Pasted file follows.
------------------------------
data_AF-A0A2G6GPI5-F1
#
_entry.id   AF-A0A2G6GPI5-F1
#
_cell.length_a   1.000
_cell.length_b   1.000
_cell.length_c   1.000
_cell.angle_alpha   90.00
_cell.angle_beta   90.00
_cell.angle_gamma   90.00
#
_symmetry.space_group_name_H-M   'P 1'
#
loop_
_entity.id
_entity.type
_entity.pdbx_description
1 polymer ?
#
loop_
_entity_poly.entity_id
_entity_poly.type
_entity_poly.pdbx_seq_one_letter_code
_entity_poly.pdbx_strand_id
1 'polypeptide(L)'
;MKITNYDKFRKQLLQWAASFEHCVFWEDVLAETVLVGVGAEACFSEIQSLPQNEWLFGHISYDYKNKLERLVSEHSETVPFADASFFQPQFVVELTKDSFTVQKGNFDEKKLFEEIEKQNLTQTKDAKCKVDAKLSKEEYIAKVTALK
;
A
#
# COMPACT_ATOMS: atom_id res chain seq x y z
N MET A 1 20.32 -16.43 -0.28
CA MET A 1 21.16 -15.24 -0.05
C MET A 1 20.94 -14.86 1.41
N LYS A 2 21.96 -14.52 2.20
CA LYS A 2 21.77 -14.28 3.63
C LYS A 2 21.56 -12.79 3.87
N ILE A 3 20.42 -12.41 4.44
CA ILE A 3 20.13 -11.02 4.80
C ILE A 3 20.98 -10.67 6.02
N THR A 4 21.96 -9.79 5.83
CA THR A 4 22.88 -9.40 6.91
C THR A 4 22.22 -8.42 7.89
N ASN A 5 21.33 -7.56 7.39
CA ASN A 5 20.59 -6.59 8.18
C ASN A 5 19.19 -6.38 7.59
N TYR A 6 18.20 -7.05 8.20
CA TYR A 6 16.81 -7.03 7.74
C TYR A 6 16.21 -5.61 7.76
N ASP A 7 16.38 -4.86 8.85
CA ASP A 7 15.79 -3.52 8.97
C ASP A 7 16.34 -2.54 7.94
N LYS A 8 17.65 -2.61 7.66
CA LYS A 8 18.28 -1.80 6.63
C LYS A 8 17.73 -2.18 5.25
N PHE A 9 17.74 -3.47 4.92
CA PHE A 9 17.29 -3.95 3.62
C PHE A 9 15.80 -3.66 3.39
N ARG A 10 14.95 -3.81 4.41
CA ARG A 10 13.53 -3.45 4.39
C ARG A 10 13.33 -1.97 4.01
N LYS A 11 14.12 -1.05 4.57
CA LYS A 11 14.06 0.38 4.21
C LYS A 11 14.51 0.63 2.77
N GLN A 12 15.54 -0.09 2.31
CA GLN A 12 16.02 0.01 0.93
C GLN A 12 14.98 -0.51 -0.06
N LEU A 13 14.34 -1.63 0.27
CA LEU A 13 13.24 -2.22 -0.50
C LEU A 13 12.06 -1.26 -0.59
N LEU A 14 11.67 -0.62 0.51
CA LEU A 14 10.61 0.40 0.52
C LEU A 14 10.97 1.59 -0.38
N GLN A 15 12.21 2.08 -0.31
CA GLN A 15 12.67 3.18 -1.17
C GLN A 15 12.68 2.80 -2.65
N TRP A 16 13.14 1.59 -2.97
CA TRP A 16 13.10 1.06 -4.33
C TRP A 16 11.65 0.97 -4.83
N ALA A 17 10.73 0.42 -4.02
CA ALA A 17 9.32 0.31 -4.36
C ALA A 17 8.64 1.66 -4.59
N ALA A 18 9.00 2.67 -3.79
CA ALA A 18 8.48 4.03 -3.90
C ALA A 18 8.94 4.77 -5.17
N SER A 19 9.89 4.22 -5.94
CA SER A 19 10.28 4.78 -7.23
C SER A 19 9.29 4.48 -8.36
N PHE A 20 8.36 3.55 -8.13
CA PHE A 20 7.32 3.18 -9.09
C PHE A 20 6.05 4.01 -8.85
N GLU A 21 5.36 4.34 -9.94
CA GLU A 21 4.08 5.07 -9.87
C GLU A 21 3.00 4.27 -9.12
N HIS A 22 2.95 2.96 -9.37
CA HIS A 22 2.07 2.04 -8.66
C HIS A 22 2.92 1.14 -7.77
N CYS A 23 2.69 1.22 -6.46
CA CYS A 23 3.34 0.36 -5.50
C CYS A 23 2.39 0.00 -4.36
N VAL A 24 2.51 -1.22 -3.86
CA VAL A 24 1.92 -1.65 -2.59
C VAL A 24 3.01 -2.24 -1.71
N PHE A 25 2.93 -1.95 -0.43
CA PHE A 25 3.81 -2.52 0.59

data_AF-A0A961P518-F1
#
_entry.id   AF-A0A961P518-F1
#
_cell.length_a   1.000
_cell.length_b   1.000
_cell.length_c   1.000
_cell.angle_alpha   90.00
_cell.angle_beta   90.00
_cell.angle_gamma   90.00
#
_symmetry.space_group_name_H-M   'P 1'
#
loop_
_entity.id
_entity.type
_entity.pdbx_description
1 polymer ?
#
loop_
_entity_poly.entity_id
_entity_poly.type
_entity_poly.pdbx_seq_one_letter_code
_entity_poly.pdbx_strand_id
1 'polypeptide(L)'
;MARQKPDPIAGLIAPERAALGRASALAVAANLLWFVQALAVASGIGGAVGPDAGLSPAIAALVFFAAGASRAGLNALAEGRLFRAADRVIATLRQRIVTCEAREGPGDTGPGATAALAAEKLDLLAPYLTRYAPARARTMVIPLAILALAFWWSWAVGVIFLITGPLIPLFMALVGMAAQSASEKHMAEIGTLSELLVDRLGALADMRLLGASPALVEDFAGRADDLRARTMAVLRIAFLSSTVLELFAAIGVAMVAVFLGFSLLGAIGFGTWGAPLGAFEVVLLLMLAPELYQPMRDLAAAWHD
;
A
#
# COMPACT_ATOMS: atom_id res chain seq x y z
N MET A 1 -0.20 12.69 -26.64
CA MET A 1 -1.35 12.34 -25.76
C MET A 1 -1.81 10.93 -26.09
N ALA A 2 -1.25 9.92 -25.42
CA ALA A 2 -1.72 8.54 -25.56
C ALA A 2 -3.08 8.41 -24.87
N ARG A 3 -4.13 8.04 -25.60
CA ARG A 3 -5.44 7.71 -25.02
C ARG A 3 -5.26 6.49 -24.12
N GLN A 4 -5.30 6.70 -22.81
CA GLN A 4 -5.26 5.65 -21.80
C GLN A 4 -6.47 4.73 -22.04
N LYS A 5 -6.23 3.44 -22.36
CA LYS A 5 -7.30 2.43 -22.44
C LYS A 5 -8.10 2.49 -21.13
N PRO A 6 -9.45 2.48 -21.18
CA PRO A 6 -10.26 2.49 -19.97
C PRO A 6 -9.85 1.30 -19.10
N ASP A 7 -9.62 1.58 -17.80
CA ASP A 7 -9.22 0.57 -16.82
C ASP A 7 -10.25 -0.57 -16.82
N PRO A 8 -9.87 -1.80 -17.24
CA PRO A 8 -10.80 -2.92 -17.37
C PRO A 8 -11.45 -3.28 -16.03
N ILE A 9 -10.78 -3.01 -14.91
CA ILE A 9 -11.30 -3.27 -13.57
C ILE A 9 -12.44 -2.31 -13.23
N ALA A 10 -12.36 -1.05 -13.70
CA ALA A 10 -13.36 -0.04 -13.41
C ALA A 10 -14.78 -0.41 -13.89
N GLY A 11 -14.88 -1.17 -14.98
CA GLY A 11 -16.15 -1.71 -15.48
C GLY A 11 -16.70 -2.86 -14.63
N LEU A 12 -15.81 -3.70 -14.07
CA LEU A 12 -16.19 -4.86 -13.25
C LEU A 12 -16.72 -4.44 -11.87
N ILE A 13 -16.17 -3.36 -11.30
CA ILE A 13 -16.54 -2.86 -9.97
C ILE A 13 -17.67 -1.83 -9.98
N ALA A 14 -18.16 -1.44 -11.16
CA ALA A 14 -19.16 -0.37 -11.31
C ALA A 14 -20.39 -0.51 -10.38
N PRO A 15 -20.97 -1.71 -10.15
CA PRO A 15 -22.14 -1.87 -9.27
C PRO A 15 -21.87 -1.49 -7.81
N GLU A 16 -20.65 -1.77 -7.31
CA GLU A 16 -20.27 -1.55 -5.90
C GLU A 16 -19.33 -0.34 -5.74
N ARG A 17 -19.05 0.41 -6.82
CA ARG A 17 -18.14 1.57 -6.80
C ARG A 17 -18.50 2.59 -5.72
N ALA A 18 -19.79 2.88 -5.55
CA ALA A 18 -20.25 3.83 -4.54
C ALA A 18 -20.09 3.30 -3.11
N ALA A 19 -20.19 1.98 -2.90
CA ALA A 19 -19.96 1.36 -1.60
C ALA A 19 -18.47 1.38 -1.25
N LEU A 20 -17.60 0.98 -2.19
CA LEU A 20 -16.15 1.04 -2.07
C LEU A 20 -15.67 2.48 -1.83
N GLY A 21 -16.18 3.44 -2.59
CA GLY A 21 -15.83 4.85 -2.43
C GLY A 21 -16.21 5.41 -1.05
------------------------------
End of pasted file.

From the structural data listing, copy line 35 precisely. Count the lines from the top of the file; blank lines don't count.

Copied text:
CA LYS A 2 21.77 -14.28 3.63